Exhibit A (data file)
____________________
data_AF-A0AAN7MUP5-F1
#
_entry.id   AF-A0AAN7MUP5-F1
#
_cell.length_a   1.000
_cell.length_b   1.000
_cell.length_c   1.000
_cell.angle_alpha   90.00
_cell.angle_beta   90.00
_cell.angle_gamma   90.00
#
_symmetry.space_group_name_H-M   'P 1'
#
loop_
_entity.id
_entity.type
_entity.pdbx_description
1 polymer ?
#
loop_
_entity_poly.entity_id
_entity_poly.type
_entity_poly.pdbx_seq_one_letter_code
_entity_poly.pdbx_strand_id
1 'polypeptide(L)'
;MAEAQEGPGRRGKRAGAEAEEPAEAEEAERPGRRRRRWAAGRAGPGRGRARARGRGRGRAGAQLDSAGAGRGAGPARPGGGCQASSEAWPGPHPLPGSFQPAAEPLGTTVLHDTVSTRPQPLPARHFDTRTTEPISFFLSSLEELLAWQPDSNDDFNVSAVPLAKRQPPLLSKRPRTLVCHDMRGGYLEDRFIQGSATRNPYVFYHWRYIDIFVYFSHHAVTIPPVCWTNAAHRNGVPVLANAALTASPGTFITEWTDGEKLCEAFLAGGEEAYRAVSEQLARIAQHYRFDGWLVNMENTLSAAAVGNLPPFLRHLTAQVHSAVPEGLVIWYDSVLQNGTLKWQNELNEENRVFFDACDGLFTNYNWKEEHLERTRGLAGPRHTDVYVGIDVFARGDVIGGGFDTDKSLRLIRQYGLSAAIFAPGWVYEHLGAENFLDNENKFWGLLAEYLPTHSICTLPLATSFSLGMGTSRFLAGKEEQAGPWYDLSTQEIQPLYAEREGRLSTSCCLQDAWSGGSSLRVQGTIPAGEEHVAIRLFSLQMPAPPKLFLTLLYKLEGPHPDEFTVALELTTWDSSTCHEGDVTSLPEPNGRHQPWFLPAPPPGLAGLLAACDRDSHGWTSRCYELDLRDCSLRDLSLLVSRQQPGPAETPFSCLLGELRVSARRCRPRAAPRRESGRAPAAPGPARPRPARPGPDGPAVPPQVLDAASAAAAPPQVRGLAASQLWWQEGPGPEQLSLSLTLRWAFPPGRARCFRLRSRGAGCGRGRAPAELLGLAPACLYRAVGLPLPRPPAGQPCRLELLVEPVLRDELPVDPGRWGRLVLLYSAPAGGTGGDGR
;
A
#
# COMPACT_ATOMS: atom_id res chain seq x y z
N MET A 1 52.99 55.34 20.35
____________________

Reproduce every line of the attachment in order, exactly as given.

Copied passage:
data_AF-A0AAN7MUP5-F1
#
_entry.id   AF-A0AAN7MUP5-F1
#
_cell.length_a   1.000
_cell.length_b   1.000
_cell.length_c   1.000
_cell.angle_alpha   90.00
_cell.angle_beta   90.00
_cell.angle_gamma   90.00
#
_symmetry.space_group_name_H-M   'P 1'
#
loop_
_entity.id
_entity.type
_entity.pdbx_description
1 polymer ?
#
loop_
_entity_poly.entity_id
_entity_poly.type
_entity_poly.pdbx_seq_one_letter_code
_entity_poly.pdbx_strand_id
1 'polypeptide(L)'
;MAEAQEGPGRRGKRAGAEAEEPAEAEEAERPGRRRRRWAAGRAGPGRGRARARGRGRGRAGAQLDSAGAGRGAGPARPGGGCQASSEAWPGPHPLPGSFQPAAEPLGTTVLHDTVSTRPQPLPARHFDTRTTEPISFFLSSLEELLAWQPDSNDDFNVSAVPLAKRQPPLLSKRPRTLVCHDMRGGYLEDRFIQGSATRNPYVFYHWRYIDIFVYFSHHAVTIPPVCWTNAAHRNGVPVLANAALTASPGTFITEWTDGEKLCEAFLAGGEEAYRAVSEQLARIAQHYRFDGWLVNMENTLSAAAVGNLPPFLRHLTAQVHSAVPEGLVIWYDSVLQNGTLKWQNELNEENRVFFDACDGLFTNYNWKEEHLERTRGLAGPRHTDVYVGIDVFARGDVIGGGFDTDKSLRLIRQYGLSAAIFAPGWVYEHLGAENFLDNENKFWGLLAEYLPTHSICTLPLATSFSLGMGTSRFLAGKEEQAGPWYDLSTQEIQPLYAEREGRLSTSCCLQDAWSGGSSLRVQGTIPAGEEHVAIRLFSLQMPAPPKLFLTLLYKLEGPHPDEFTVALELTTWDSSTCHEGDVTSLPEPNGRHQPWFLPAPPPGLAGLLAACDRDSHGWTSRCYELDLRDCSLRDLSLLVSRQQPGPAETPFSCLLGELRVSARRCRPRAAPRRESGRAPAAPGPARPRPARPGPDGPAVPPQVLDAASAAAAPPQVRGLAASQLWWQEGPGPEQLSLSLTLRWAFPPGRARCFRLRSRGAGCGRGRAPAELLGLAPACLYRAVGLPLPRPPAGQPCRLELLVEPVLRDELPVDPGRWGRLVLLYSAPAGGTGGDGR
;
A
#
# COMPACT_ATOMS: atom_id res chain seq x y z
N MET A 1 52.99 55.34 20.35